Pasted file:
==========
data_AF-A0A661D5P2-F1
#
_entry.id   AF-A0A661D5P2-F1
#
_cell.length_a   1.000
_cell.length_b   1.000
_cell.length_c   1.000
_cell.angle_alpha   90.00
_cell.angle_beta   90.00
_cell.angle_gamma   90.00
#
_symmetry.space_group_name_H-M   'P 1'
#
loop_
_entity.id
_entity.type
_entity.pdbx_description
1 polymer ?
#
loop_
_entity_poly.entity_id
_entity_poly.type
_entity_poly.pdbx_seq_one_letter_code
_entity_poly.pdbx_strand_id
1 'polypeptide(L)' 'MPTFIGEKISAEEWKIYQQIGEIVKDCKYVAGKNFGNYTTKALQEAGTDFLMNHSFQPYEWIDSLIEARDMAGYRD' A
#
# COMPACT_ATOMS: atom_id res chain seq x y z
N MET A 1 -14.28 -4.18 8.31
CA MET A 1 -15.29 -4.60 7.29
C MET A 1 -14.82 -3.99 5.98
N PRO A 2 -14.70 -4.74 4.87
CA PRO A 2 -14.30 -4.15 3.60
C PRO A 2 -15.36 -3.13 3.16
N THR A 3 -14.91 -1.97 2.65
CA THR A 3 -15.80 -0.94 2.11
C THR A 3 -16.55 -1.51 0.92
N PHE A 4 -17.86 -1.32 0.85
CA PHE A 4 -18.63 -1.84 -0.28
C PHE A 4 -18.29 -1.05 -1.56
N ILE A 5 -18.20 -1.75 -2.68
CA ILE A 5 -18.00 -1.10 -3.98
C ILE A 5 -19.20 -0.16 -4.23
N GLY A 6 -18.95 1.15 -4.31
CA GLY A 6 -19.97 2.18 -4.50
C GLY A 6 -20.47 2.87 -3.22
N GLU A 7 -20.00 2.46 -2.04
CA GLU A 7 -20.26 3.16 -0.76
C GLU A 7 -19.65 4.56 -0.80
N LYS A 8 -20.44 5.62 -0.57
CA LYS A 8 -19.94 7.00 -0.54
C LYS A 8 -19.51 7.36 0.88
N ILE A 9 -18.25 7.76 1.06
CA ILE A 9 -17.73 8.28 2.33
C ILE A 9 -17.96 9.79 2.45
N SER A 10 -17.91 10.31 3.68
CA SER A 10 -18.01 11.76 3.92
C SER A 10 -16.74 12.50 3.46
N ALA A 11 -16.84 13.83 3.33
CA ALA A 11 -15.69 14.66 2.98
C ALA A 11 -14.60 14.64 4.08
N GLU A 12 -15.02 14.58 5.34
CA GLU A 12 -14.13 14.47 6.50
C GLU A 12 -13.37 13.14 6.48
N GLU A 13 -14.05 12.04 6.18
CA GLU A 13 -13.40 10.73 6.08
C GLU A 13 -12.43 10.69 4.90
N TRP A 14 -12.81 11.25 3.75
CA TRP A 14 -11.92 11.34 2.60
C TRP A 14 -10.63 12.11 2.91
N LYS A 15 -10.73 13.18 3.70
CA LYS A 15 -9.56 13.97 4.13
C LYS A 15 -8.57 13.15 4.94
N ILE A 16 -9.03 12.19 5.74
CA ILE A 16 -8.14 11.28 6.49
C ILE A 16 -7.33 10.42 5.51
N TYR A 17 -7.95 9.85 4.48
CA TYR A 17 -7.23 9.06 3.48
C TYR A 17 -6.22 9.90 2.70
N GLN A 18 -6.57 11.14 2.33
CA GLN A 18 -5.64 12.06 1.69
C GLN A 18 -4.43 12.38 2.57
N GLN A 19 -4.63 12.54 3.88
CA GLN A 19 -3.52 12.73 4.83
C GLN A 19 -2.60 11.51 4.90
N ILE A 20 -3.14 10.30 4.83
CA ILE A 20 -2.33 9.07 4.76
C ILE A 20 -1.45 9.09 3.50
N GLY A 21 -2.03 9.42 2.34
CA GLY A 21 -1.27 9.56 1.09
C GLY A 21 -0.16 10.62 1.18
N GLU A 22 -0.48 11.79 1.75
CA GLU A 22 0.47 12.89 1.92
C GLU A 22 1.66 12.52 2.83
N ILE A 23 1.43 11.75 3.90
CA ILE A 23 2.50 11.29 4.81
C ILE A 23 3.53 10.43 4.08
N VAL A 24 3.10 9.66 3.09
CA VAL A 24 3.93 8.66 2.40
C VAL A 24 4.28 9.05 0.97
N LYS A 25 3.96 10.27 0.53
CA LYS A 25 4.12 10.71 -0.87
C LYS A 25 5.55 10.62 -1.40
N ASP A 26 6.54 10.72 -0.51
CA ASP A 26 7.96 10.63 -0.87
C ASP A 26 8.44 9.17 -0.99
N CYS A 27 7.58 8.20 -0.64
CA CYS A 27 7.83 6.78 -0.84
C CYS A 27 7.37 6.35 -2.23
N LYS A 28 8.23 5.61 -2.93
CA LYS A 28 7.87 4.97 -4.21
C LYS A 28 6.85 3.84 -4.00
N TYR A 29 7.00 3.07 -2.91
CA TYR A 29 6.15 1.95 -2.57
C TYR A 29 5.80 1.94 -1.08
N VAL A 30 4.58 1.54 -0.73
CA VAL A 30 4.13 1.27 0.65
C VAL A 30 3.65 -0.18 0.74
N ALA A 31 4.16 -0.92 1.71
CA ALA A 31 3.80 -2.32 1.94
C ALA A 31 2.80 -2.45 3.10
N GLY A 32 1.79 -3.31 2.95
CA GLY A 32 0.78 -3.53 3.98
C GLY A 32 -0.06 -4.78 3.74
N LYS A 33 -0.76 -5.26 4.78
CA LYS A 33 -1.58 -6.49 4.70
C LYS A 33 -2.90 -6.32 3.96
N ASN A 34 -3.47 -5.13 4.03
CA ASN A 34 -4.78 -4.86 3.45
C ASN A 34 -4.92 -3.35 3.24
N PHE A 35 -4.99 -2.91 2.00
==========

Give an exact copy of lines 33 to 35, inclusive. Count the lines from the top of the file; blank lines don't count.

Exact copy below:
C PRO A 2 -15.36 -3.13 3.16
N THR A 3 -14.91 -1.97 2.65
CA THR A 3 -15.80 -0.94 2.11